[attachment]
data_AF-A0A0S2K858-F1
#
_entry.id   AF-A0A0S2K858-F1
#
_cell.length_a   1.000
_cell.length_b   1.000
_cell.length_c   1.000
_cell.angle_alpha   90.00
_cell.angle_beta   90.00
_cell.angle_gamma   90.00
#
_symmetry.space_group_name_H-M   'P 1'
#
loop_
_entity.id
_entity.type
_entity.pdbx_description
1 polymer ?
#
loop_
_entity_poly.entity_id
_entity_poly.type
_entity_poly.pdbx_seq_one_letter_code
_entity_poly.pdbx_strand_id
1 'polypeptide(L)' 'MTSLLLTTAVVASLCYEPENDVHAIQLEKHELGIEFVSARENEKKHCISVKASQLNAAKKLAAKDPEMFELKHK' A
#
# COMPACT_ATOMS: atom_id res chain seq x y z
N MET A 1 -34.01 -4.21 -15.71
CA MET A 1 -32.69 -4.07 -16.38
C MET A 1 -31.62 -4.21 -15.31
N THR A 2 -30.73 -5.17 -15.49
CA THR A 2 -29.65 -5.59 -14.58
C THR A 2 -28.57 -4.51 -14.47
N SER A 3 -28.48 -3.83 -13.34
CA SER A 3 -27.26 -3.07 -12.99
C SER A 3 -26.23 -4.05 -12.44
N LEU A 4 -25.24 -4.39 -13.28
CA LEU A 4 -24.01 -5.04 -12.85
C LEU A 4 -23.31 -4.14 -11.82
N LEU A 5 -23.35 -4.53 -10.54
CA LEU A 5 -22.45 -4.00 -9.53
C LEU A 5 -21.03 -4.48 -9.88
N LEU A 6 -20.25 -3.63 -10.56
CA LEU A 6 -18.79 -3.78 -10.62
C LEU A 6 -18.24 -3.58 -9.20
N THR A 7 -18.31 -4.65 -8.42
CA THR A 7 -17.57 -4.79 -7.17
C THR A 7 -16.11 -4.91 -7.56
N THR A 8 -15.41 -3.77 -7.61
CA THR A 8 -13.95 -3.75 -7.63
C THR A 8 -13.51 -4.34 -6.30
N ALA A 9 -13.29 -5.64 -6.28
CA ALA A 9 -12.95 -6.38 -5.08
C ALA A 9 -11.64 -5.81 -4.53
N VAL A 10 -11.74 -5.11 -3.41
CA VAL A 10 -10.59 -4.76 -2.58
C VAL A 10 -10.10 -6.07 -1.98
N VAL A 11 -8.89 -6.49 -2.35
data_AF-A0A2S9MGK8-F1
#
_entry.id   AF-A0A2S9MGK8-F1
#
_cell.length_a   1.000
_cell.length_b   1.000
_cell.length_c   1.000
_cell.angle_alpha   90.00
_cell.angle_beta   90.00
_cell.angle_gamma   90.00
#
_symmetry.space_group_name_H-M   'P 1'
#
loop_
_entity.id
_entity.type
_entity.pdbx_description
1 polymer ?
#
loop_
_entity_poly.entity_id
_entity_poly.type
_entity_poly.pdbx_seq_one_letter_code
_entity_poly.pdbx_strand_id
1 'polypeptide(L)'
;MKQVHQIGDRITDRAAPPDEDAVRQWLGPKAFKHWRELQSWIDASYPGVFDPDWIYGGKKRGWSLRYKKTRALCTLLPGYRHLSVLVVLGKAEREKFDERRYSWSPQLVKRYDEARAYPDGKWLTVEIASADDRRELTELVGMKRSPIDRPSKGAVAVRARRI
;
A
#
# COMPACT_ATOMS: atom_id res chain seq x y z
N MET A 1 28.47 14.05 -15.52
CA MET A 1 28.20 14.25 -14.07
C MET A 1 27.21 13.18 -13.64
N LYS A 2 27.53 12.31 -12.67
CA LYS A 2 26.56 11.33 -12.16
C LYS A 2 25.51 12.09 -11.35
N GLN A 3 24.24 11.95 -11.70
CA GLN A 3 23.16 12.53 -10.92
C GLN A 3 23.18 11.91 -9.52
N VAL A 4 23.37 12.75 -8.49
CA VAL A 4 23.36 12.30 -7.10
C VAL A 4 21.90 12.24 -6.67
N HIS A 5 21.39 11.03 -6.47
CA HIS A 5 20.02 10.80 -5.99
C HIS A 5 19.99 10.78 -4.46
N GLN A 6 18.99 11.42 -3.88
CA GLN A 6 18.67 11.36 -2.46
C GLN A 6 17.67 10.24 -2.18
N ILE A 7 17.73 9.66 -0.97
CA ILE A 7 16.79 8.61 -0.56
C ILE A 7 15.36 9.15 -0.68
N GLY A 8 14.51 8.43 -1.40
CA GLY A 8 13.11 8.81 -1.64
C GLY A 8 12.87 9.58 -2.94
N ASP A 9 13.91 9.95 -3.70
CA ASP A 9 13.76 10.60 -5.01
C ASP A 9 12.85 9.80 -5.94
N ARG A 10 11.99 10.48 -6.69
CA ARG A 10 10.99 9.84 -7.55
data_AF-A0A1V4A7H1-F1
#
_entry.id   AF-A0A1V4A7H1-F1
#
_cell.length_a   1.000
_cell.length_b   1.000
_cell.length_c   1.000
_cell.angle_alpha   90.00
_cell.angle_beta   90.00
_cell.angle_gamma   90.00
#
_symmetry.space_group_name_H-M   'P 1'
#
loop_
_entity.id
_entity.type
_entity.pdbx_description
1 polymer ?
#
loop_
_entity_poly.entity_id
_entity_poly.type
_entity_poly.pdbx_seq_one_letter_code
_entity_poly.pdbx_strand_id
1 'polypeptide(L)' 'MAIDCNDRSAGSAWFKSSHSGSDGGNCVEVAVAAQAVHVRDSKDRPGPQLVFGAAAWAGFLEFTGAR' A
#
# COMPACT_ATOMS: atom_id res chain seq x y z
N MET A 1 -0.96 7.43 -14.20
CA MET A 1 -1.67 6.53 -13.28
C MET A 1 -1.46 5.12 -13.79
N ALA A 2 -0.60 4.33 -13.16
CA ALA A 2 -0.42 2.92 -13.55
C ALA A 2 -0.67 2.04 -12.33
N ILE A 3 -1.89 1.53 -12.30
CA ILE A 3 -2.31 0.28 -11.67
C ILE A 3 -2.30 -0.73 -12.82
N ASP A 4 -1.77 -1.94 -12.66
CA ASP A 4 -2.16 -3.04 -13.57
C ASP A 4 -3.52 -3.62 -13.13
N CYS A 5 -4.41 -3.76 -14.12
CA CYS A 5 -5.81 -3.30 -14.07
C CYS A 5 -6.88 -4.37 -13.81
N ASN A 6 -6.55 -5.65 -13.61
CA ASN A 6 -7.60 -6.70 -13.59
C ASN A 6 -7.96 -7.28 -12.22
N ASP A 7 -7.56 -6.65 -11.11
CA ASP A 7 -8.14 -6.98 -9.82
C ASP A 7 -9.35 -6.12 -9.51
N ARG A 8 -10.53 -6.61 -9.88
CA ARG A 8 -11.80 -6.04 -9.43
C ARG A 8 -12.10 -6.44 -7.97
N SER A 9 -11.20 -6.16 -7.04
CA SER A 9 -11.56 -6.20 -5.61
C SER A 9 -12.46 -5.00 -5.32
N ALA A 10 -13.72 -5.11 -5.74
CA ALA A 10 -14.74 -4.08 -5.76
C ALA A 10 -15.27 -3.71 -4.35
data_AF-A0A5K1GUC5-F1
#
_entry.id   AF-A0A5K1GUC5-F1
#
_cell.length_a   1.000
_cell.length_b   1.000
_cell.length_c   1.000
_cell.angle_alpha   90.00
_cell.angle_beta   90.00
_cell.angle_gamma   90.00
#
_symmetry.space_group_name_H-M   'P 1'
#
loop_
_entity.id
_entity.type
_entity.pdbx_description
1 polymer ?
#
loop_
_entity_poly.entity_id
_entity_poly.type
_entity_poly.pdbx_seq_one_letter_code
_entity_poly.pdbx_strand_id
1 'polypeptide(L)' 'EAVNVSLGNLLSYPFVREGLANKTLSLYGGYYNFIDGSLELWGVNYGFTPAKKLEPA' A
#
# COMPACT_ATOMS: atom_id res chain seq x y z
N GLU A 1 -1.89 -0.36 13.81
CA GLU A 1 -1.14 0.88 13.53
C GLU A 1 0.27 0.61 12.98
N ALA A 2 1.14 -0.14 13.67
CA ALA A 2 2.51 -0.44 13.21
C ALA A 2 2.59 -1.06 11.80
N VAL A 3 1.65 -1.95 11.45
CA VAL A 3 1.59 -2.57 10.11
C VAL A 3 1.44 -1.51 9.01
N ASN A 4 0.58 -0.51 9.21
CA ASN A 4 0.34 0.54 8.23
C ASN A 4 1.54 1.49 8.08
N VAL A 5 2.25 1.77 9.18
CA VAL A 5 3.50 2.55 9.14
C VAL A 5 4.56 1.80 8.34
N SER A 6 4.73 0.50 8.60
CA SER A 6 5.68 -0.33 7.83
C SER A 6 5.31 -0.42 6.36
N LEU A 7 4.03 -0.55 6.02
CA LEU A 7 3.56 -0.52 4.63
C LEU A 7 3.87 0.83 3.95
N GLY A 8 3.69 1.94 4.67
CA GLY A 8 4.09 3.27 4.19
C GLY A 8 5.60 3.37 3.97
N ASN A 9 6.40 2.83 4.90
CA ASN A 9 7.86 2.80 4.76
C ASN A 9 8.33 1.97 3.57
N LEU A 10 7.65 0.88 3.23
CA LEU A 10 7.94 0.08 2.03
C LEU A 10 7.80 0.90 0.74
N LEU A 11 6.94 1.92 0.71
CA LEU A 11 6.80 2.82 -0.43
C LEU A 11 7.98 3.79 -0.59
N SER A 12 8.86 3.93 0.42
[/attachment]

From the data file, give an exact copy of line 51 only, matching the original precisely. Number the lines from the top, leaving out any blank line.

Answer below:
C THR A 8 -13.51 -4.34 -6.30